Advent and Beyond

Just when you thought there would not be any more changes for a while, the church year changes on us! Happy New Year! Welcome to the season of Advent.

Derived from a Latin root, Advent means “coming” or “arrival.” Lasting only four weeks, it is traditionally a season of quiet and joyful expectancy. In spite of the fact that the trees are bare, we do not lose hope. Advent has a two-fold character: a time of preparation for the festival of the Nativity when the first coming of God’s Son to the world is recalled and a period of reflection pointing us to Christ’s second coming at the end of time. This is a season for prophecy, calling us to conversion, preparation and a constant sense of watchfulness.

One way of entering into Advent is envisioning what it would be like for an alien to visit America in the first weeks of December. He or she would likely be impressed by what a religious people we are. Shopping malls, stores, streets and homes are all richly decorated for a religious feast, as spiritual carols fill the winter air from giant loudspeakers. The poor and the homeless who are usually overlooked throughout the year are cared for with charity and generosity. The religious feast of Christmas, and all that is connected with it, saturates our society in this time before December 25.

But if that space visitor were to report back that Americans are a churchgoing people, it would not be totally accurate. In a recent poll, slightly over half of Americans regularly attended church over a six month period, other than religious holidays, weddings or funerals. Of those who do not go to church, 48% are providing religious education for their children, 63% believe that the bible is the word of God, 31% say that religion is “very important” in their lives and 75% revealed that they occasionally pray to God. Considering these rather high percentages of religious feelings and attitudes, they were asked why they did not attend church.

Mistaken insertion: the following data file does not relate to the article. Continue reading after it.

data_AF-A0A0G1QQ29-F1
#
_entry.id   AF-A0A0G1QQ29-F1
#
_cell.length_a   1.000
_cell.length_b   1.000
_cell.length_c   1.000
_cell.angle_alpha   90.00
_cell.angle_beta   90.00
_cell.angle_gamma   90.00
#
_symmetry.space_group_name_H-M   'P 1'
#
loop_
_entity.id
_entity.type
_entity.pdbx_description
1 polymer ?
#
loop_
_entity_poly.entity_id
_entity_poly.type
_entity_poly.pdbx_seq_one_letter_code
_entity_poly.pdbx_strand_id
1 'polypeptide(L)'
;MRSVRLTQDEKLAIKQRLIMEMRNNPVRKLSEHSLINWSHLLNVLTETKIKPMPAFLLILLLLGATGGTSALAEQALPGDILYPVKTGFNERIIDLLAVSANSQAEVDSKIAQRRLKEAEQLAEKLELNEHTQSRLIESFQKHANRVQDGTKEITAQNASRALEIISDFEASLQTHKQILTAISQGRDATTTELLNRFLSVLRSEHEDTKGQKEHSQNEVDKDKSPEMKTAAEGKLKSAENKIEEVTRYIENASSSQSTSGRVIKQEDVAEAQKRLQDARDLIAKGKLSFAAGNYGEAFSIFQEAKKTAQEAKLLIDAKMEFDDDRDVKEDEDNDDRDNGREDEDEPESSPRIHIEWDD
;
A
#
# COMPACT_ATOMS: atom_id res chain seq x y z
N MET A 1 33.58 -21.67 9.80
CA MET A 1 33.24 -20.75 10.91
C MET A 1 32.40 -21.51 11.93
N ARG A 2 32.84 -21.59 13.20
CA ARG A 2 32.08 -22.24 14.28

Most responded that churches were not living up to their responsibilities! This season of prophecy, conversion, preparation and watchfulness (and in St. Martin-in-the-Fields case, transition), Advent is a good time for those of us who are part of this faith community to ask ourselves, “What indeed are our responsibilities? How can I best use the spiritual gifts I have been given by God for the building up of the Body of Christ and reaching out beyond our fields? What is it that those who do not go to church see us failing to perform?”

Being a part of this faith community must require responsibilities beyond financial support and attending church, beyond prayer and supporting action against immoral practices. But what exactly is missing? A good Advent exercise would be to take a few minutes to seek an answer to that question. This will certainly help in building our profile. Living answers are required from each one of us if Advent is indeed to be a time of reform and renewal of our faith life.

Watch, wait and listen.

“How silently,
how silently
the wondrous gift is given.”

I would be silent now,
and expectant…
that we may receive
the gift we need
so we may become
the gift others need.”


Categories: Advent & Christmas 2013, News